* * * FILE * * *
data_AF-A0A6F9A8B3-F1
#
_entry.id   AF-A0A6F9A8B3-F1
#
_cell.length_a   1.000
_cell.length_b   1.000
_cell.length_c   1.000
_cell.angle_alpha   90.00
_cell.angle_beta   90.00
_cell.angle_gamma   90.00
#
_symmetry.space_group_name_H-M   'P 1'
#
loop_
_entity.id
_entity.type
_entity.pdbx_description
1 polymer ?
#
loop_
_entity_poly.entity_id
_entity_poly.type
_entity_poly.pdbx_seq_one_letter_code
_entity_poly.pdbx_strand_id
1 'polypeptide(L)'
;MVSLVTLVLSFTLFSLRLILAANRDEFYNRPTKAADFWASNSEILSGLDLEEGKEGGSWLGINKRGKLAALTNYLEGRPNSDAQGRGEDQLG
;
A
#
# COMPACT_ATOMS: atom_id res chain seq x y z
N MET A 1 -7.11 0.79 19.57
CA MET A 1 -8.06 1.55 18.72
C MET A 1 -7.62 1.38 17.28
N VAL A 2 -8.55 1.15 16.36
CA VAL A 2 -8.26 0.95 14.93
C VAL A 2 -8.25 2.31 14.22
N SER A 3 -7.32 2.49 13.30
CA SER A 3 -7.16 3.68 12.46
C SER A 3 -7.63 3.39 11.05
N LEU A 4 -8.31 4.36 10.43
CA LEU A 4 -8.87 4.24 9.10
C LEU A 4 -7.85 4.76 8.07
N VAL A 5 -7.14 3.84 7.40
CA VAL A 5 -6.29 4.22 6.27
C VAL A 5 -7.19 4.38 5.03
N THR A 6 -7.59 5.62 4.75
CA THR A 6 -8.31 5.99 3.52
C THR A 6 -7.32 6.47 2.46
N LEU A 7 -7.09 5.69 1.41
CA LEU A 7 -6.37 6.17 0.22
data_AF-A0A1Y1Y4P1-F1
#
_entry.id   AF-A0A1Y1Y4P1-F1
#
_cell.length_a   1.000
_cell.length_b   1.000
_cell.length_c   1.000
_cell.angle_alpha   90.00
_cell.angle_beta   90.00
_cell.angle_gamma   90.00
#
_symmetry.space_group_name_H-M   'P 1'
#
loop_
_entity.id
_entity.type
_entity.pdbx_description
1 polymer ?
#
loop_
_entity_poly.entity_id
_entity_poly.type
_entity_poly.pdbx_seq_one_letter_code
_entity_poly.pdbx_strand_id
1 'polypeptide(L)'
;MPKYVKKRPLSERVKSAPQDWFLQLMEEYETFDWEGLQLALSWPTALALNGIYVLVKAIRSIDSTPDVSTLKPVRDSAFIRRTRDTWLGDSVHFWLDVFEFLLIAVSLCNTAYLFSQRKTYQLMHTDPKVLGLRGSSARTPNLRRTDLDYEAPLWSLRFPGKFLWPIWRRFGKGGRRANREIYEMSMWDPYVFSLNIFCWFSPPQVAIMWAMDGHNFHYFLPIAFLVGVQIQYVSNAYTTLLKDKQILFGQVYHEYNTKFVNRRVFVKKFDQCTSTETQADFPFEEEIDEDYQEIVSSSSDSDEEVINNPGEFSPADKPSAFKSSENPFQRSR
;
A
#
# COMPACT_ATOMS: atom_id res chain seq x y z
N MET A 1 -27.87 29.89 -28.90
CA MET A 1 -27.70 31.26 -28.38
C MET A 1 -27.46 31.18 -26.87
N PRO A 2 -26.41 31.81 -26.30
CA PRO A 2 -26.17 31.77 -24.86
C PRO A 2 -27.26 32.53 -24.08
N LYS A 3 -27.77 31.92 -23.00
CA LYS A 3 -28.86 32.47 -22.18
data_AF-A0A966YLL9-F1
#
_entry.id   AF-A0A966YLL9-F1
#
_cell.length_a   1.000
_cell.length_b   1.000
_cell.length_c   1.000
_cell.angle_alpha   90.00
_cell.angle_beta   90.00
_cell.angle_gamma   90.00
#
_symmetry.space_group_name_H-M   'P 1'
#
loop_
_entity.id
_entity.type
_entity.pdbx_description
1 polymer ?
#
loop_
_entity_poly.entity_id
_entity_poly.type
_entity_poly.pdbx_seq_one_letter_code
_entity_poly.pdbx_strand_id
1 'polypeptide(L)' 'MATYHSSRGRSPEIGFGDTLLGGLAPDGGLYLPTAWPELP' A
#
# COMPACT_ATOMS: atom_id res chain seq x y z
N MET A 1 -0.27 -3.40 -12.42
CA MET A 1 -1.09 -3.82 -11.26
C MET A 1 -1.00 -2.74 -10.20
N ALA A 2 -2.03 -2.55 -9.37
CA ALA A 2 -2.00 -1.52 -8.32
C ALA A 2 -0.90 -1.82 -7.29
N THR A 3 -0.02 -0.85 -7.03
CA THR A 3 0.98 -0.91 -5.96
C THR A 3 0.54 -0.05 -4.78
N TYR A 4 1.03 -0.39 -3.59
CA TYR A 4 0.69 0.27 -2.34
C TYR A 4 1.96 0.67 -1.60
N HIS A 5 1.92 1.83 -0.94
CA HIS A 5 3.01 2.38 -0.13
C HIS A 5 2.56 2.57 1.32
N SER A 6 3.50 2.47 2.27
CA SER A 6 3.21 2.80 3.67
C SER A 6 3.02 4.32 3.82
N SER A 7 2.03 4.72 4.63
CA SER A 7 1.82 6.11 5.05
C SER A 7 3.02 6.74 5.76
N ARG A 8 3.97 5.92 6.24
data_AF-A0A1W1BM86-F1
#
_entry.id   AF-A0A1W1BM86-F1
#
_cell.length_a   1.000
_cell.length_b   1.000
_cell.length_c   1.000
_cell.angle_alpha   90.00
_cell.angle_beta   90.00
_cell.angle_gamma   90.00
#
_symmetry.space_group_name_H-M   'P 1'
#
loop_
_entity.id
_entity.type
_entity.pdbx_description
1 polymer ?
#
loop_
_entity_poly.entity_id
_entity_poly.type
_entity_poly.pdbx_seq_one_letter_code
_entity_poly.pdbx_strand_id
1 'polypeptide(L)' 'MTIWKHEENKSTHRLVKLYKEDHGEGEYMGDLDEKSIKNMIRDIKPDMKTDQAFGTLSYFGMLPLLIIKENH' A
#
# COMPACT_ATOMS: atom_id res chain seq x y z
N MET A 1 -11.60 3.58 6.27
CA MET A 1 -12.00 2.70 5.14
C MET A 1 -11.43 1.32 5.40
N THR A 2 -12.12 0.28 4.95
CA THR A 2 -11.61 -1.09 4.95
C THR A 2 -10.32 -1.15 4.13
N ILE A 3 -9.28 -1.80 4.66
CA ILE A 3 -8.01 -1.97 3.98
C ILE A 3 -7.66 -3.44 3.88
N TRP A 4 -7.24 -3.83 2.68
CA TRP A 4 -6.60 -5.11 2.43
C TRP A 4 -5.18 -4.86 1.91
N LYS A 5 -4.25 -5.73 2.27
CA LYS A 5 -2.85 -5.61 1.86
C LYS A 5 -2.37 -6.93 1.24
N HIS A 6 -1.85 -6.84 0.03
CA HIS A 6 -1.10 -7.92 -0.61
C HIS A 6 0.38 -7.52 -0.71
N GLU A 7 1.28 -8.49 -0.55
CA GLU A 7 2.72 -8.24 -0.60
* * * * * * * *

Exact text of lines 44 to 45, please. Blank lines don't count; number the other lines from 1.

CA VAL A 5 -6.29 4.22 6.27
C VAL A 5 -7.19 4.38 5.03